This book is actually about the experience of death and how the medical system has failed to understand what it means to deal with a finite life and make final years a joyful experience. Do we forget the inevitability of death and the fleeting nature of life? When we become old, we don’t want to talk about death, we talk about living.

The beauty of this book is that it has been written by a surgeon who is also a professor at Harvard Medical School. This book has his personal accounts of dealing with terminal patients and also the death of his own father. The author has shown how the medical system has failed to educate the medical professionals about aging, frailty, or dying. Gawande speaks about the failure of medical system in informing or educating a patient about his condition? There is need to understand how the whole process unfolds and how does it make an impact on people around them.

I remember even I didn’t understand the meaning of death, and what does death means to me till someone close died in my family. The problem with us as a society is that we teach everyone, not so important things – earn a lot of money, build a big house, clear all damn exams existing in the world by memorizing all formulas, cram an entire dictionary for that GRE examination and also prepare to go abroad and earn a shit loads of money. But no one teaches us how we should live our lives. What is the meaning of death? And especially, when we become old, we don’t know what we are fighting for. What are our priorities? What are the trade-offs we are willing to make? We don’t discuss what are our fears/hope for the future. What are we willing to sacrifice? What are we willing to lose?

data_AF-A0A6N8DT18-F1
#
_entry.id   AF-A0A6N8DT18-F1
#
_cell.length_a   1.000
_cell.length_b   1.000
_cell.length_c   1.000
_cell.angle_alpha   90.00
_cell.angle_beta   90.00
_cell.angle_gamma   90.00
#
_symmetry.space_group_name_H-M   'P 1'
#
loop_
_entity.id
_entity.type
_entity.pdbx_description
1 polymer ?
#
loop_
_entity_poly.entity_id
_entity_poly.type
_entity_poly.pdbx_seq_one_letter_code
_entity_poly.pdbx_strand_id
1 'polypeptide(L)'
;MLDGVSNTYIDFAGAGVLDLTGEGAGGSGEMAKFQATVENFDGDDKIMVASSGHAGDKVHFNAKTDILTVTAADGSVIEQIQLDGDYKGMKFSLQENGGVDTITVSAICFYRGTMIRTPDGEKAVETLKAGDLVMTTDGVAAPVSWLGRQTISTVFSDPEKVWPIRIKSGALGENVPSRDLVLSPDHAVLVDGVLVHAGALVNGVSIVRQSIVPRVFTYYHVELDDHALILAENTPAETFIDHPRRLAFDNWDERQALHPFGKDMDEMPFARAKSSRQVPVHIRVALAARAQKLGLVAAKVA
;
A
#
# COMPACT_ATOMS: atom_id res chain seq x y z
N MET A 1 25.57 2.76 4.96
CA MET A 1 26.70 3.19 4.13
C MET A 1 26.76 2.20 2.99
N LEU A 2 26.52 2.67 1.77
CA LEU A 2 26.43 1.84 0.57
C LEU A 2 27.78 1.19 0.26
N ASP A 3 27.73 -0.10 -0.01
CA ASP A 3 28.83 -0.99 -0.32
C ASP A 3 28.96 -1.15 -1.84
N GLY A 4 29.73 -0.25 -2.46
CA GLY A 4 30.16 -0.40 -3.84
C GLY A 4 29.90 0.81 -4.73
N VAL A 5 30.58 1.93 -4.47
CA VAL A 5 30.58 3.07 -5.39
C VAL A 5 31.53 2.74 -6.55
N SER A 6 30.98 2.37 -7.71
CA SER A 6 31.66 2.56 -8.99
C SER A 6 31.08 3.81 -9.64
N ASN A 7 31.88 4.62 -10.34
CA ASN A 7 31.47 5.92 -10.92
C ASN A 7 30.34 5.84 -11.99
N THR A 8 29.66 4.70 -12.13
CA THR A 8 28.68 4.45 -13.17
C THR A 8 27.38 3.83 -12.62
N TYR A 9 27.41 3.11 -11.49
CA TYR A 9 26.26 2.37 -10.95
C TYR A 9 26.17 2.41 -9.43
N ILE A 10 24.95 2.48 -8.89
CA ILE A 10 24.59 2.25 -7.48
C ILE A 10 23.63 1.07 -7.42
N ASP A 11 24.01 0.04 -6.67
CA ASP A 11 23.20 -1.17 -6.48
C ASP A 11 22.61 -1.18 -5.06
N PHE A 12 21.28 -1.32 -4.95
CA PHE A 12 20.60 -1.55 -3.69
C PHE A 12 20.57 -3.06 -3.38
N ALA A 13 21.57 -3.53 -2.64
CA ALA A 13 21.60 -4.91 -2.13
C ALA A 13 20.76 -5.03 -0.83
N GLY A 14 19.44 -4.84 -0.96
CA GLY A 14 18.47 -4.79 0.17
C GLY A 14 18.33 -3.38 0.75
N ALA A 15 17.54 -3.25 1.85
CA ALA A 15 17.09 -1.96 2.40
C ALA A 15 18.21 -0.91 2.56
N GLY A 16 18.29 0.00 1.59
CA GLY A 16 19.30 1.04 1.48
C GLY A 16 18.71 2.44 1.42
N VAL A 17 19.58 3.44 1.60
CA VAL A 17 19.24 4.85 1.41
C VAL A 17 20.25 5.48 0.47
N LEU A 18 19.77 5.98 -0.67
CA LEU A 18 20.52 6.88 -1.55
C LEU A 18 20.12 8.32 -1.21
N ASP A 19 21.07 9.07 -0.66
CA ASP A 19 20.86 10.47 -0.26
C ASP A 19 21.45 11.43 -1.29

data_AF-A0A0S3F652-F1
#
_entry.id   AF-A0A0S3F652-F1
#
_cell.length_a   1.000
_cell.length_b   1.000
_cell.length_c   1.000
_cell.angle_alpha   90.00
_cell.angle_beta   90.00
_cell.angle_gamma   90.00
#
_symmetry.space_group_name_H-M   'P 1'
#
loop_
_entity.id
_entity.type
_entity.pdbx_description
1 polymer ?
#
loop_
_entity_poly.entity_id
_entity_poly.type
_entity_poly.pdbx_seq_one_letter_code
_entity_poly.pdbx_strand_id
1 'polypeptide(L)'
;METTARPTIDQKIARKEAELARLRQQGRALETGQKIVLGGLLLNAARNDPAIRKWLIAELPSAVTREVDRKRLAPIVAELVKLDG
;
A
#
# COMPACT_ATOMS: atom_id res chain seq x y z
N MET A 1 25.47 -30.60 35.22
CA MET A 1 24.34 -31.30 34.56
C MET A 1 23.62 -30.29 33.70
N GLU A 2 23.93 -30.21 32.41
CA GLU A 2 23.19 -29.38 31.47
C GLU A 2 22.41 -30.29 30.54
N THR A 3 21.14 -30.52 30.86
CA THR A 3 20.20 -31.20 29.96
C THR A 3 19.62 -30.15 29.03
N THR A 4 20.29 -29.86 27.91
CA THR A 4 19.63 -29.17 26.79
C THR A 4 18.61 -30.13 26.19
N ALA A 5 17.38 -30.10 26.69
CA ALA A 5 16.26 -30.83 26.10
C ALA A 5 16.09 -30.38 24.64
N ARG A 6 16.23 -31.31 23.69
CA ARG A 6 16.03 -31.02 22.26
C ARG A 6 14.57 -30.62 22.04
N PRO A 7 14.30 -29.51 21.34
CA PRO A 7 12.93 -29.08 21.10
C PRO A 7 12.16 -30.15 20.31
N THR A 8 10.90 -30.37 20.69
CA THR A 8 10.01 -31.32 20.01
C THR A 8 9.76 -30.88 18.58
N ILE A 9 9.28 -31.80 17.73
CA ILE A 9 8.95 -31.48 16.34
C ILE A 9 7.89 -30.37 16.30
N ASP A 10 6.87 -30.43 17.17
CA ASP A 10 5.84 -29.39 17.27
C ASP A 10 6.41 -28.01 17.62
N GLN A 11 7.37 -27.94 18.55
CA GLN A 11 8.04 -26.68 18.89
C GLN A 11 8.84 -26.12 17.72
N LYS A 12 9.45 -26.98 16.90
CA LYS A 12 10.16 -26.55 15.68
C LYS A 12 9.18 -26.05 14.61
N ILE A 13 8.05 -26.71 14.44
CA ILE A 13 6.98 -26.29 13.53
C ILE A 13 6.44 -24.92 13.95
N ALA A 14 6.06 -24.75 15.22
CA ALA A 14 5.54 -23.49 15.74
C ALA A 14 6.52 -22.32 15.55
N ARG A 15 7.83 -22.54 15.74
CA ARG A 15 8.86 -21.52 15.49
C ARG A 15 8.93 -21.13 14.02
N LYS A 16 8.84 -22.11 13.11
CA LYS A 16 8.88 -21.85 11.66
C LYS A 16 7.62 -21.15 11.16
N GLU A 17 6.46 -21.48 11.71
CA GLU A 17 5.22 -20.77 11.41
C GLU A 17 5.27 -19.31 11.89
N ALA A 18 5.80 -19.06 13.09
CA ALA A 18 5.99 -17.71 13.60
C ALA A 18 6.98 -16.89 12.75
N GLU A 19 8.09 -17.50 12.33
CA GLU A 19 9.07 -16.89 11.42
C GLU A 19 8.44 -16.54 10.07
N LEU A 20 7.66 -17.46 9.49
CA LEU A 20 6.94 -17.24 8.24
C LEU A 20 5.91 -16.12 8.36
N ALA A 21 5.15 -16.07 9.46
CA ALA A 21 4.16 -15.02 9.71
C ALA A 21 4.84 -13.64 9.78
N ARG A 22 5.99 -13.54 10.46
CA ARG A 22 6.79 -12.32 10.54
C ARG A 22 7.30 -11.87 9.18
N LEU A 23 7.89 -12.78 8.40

How care of the elderly has changed from ‘multi-generational systems support’ provided by the family to institutionalized nursing homes in our times. Modern nursing homes act as prisons. Elderly don’t feel good in these homes. They feel restricted and chained in these nursing homes. Old people living here always felt the longing for being at home where they can have their privacy.

We are so engrossed in living this life that we forget to ask the question what’s the purpose of our lives? Did we ever ask this question to ourselves? What makes life worth living when we will become old and unable to care for ourselves? To answer this question, the author discusses psychologist Abraham Maslow‘s influential paper, “A Theory of Human Motivation” which is depicted in the form of a pyramid and talks about the hierarchy of needs of people. According to Maslow, ‘safety’ and ‘survival’ remain the primary and fundamental goals of our life even in our old age.